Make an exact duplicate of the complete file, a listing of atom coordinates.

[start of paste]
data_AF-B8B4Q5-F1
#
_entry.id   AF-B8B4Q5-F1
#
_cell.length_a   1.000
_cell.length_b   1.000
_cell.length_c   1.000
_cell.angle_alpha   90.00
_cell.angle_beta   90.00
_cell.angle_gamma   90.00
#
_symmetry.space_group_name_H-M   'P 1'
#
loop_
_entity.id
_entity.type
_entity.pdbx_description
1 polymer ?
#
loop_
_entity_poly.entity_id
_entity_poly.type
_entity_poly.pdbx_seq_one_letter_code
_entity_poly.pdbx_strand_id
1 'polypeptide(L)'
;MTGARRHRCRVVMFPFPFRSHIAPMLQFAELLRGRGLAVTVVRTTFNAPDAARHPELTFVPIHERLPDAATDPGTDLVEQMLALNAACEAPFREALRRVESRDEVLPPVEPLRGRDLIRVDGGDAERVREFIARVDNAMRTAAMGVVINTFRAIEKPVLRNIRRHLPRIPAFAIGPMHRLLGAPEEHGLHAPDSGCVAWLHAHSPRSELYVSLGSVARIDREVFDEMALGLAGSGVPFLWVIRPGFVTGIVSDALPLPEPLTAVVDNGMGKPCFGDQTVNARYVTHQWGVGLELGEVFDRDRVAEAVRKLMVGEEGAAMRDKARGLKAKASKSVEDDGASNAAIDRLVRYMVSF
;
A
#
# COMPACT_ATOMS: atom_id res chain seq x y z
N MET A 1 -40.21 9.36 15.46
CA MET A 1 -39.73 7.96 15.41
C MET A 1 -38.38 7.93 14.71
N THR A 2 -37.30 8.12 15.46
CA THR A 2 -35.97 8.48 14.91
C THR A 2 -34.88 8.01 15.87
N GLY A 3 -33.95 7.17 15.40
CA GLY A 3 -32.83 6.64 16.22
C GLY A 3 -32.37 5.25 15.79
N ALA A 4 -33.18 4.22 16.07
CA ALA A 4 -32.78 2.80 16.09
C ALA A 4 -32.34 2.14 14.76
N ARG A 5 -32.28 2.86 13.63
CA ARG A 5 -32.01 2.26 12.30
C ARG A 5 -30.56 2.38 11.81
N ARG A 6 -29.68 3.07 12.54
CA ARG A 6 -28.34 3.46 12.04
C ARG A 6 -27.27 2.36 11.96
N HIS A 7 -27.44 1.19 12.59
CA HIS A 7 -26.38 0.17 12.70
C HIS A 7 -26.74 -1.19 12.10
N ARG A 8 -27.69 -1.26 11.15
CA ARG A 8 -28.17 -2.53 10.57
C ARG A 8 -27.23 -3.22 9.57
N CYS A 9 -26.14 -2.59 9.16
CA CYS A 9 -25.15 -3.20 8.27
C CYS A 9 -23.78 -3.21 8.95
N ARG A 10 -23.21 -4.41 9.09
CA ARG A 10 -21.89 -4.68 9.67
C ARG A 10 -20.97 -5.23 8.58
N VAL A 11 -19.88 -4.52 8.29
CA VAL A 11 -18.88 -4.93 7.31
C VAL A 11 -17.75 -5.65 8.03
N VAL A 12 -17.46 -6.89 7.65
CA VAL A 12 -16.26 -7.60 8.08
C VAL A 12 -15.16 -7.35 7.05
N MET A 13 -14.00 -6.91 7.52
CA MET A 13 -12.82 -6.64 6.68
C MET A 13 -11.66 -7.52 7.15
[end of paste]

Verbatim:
data_AF-B8B4Q5-F1
#
_entry.id   AF-B8B4Q5-F1
#
_cell.length_a   1.000
_cell.length_b   1.000
_cell.length_c   1.000
_cell.angle_alpha   90.00
_cell.angle_beta   90.00
_cell.angle_gamma   90.00
#
_symmetry.space_group_name_H-M   'P 1'
#
loop_
_entity.id
_entity.type
_entity.pdbx_description
1 polymer ?
#
loop_
_entity_poly.entity_id
_entity_poly.type
_entity_poly.pdbx_seq_one_letter_code
_entity_poly.pdbx_strand_id
1 'polypeptide(L)'
;MTGARRHRCRVVMFPFPFRSHIAPMLQFAELLRGRGLAVTVVRTTFNAPDAARHPELTFVPIHERLPDAATDPGTDLVEQMLALNAACEAPFREALRRVESRDEVLPPVEPLRGRDLIRVDGGDAERVREFIARVDNAMRTAAMGVVINTFRAIEKPVLRNIRRHLPRIPAFAIGPMHRLLGAPEEHGLHAPDSGCVAWLHAHSPRSELYVSLGSVARIDREVFDEMALGLAGSGVPFLWVIRPGFVTGIVSDALPLPEPLTAVVDNGMGKPCFGDQTVNARYVTHQWGVGLELGEVFDRDRVAEAVRKLMVGEEGAAMRDKARGLKAKASKSVEDDGASNAAIDRLVRYMVSF
;
A
#
# COMPACT_ATOMS: atom_id res chain seq x y z
N MET A 1 -40.21 9.36 15.46
CA MET A 1 -39.73 7.96 15.41
C MET A 1 -38.38 7.93 14.71
N THR A 2 -37.30 8.12 15.46
CA THR A 2 -35.97 8.48 14.91
C THR A 2 -34.88 8.01 15.87
N GLY A 3 -33.95 7.17 15.40
CA GLY A 3 -32.83 6.64 16.22
C GLY A 3 -32.37 5.25 15.79
N ALA A 4 -33.18 4.22 16.07
CA ALA A 4 -32.78 2.80 16.09
C ALA A 4 -32.34 2.14 14.76
N ARG A 5 -32.28 2.86 13.63
CA ARG A 5 -32.01 2.26 12.30
C ARG A 5 -30.56 2.38 11.81
N ARG A 6 -29.68 3.07 12.54
CA ARG A 6 -28.34 3.46 12.04
C ARG A 6 -27.27 2.36 11.96
N HIS A 7 -27.44 1.19 12.59
CA HIS A 7 -26.38 0.17 12.70
C HIS A 7 -26.74 -1.19 12.10
N ARG A 8 -27.69 -1.26 11.15
CA ARG A 8 -28.17 -2.53 10.57
C ARG A 8 -27.23 -3.22 9.57
N CYS A 9 -26.14 -2.59 9.16
CA CYS A 9 -25.15 -3.20 8.27
C CYS A 9 -23.78 -3.21 8.95
N ARG A 10 -23.21 -4.41 9.09
CA ARG A 10 -21.89 -4.68 9.67
C ARG A 10 -20.97 -5.23 8.58
N VAL A 11 -19.88 -4.52 8.29
CA VAL A 11 -18.88 -4.93 7.31
C VAL A 11 -17.75 -5.65 8.03
N VAL A 12 -17.46 -6.89 7.65
CA VAL A 12 -16.26 -7.60 8.08
C VAL A 12 -15.16 -7.35 7.05
N MET A 13 -14.00 -6.91 7.52
CA MET A 13 -12.82 -6.64 6.68
C MET A 13 -11.66 -7.52 7.15